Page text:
Make sure you practice all three of them as much as possible and you'll be fine. It is essential you practice under time pressure also, as it is the lack of time where most will slip up.
Make sure your revision is targeted to pass the test only i.e Type 1 abstract questions; True, False, Can't Tell verbal questions; only the necessary maths that often comes up in MAP numerical tests.
Tips for abstract.
People say you can't practice for this and you can either do it or you can't - this is not true. Practice as much as you can, and learn to read the likely patterns that tend to exist when you see particular categories. Look up 'The Impression Technique'. Get your head into a UKCAT med book and look through youtube videos also.
Tips for verbal.
The fundamental strategy you should employ involves six simple steps:
1. Read the statement/question
2. Skim the passage for key words and phrases relating to this
3. Read the sentence(s) containing the key words, as well as those before and after 4. Continue scanning the passage for further occurrences of the key words
5. If found again, repeat step 3
6. Select an answer based on this ‘targeted’ reading
Tips for numerical
The below areas will be covered. Get some practice in. If you're on point with your numerical, you will be laughing, as it will be a breeze.
Review your basics: multiplying, division, mulitples, prime numbers, averages. Make sure your are fast at working out the basics on paper.
I would focus most of your efforts on the below areas:
Practice Speed Distance Time.
Being comfortable on your SDT will help you no end in your planning excercise and your plan ex questioning. It will also help you in one interview where you are thrown a SDT question and a SDT question may also pop up in your numerical reasoning test.
Practice for MAP tests.
Revise for your numerical, abstract and verbal. Practice will help you with your timings and how to ‘pass’ the test. I found looking up how to pass the UKCAT tests very useful. I also left a little more detail on these above.
I did about 15 beforehand. They really did vary on their usefulness though. Get the planning exercise help book and also search around on forums such as arrse for extra planning exercises. If you have sponsorship i’d also ask that regiment if they can send you any also.
I would just go thorough as many as you can, always under time pressure and always following the technique you were shown to use at briefing. You’ll be given a touch up tutorial the day before on Main Board, make sure you are alert and listening throughout.
The important thing to remember with the plan ex is that there is always way too much information for you to deal with. They’re testing whether you can sift through that and find the critical information for the scenario. Go through it once to give yourself a better idea on the general scenario and then again in more detail and highlight to ensure you’ve got the picture before you begin to formulate your COA’s.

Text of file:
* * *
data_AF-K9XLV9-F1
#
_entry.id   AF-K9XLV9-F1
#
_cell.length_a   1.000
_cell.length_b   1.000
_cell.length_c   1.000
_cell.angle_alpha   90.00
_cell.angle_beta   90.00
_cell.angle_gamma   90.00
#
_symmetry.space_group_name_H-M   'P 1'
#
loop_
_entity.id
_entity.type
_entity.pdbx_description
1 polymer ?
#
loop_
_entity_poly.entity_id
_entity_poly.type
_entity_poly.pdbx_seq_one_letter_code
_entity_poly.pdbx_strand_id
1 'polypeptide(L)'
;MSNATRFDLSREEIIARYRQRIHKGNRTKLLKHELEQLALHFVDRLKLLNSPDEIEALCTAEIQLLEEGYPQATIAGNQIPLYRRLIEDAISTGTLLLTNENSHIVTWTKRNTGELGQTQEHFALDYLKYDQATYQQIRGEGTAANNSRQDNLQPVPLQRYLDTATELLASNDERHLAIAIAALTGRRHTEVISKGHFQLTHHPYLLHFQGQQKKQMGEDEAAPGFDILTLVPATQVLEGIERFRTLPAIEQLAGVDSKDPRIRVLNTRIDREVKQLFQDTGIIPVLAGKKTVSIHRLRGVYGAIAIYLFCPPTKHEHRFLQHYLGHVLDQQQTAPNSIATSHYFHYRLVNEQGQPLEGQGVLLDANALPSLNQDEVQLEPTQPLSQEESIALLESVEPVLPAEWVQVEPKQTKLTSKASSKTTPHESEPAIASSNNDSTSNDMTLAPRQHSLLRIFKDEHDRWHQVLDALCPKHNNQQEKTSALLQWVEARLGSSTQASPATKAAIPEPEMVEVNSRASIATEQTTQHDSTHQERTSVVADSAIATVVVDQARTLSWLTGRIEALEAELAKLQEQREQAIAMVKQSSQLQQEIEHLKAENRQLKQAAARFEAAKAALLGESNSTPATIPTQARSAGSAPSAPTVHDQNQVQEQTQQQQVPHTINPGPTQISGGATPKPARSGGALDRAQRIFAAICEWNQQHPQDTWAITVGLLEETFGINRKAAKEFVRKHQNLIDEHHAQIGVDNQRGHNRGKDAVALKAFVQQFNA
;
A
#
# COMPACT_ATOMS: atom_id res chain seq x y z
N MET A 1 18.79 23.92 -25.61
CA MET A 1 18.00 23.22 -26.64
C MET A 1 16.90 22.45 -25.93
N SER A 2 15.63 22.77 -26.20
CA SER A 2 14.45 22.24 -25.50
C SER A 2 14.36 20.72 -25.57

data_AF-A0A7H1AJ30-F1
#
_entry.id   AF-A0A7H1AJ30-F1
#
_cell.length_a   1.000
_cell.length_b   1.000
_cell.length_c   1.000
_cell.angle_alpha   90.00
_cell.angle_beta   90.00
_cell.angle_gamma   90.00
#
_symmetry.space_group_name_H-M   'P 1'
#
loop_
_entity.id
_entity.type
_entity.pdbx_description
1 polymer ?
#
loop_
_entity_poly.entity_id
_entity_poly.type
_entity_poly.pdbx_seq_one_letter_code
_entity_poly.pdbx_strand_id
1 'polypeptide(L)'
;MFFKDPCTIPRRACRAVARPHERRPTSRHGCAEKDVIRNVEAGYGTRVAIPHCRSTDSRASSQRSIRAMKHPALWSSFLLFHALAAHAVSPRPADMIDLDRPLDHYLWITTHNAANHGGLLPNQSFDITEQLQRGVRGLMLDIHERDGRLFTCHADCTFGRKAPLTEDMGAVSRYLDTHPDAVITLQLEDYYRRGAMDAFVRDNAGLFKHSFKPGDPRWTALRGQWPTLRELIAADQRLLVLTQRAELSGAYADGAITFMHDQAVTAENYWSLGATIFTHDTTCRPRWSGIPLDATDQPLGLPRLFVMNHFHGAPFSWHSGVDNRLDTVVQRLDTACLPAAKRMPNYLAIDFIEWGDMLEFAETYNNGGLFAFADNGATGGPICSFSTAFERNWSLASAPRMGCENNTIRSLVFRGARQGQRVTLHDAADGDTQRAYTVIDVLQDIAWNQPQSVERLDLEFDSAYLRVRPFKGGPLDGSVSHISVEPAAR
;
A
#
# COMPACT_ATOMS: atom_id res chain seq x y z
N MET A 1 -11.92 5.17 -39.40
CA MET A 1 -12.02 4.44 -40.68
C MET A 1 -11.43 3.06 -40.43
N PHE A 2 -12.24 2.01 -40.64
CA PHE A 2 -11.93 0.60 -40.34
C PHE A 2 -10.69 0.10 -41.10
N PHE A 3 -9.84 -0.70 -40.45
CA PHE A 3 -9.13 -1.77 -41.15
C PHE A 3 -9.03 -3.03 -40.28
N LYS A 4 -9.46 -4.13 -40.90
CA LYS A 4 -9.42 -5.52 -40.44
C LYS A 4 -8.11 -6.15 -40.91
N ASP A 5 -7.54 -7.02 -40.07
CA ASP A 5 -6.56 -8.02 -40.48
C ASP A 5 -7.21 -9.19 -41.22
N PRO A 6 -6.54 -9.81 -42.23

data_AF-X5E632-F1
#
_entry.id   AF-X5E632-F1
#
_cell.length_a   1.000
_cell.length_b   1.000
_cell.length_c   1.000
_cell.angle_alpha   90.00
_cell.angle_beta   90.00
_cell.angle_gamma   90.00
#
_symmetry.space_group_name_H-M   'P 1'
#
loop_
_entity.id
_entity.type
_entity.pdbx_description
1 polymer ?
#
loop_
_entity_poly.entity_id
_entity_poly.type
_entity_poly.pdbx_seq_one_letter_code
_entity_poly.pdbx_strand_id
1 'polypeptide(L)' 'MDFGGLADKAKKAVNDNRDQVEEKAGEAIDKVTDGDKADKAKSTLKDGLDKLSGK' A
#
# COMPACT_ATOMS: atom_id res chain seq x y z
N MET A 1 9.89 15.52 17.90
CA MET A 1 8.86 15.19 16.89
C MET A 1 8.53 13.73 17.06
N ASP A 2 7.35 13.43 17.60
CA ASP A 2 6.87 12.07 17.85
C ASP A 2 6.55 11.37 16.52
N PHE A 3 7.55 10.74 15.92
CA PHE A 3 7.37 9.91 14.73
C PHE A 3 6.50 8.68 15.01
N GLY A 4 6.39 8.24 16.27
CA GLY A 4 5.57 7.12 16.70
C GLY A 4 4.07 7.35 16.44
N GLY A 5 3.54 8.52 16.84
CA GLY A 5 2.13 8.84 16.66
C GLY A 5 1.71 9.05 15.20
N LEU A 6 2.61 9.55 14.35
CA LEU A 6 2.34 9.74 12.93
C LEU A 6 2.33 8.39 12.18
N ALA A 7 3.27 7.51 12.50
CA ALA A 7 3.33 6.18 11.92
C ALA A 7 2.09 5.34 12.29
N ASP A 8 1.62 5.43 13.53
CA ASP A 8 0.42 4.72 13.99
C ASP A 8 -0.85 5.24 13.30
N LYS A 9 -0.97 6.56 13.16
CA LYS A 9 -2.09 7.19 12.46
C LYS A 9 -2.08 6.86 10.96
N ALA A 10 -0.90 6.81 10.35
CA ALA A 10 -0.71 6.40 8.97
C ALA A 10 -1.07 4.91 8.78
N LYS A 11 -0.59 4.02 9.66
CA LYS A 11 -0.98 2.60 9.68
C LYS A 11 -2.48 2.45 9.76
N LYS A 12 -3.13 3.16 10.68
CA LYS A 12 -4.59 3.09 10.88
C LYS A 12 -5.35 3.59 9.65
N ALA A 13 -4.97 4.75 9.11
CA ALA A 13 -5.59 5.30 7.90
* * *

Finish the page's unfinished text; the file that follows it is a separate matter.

Just practice, practice, practice.
I have posted a couple of planning exercises below
Keep on your current affairs.
Subscribe to bloomberg, reuters email newsletters. Watch newsnight, 2200 BBC news, The Andrew Marr show. Read the Week or economist. You are not grilled on current affairs but I would reccommend having a good idea of what is happening in the world. The group discussion is usually more focussed on moral issues, but someone else’s topic may be current affairs based. The written essay will be on current affairs and so you will be in a good position for thatand also yu’ll be laughing during the current affairs test.
Have a good idea basic grounding on brief history, structure, regiments, ranks, past deployments, current deployments, future deployments, equipment, role of the army. Hopefully you should be interested in this kind of stuff anyway!
I didn’t go made with this but I still went there comfortable. The army website is a great tool, as is wikipedia, armedforces co.uk.
Harder to practice I know, but just make sure you are ready and happy to stand up and talk infront of a group, telling someone what to do without being either too quiet or seeming like arrogant.
In general I looked at each assessment and prepped for them all. But obviously there are some areas which will be a little unknown e.g the command tasks. You will obviously not know what tasks you will be presented with, but you can identify the ways in which you should conduct yourself thoughout them.
Do not worry too much about the lecturette. It goes so very quickly and by the time you do it you will know your group well enough to be confident in front of them.
My advice is identify 5 topics on your C.V that stand out from the rest of it i.e your travelling, do you have a unique interest, sporting achievement. It will be the thinks that stand out that you will probably be choosing from and so maybe have a think about how you can present them to the group.
You should know the topics fairly well already considering they are on your C.V.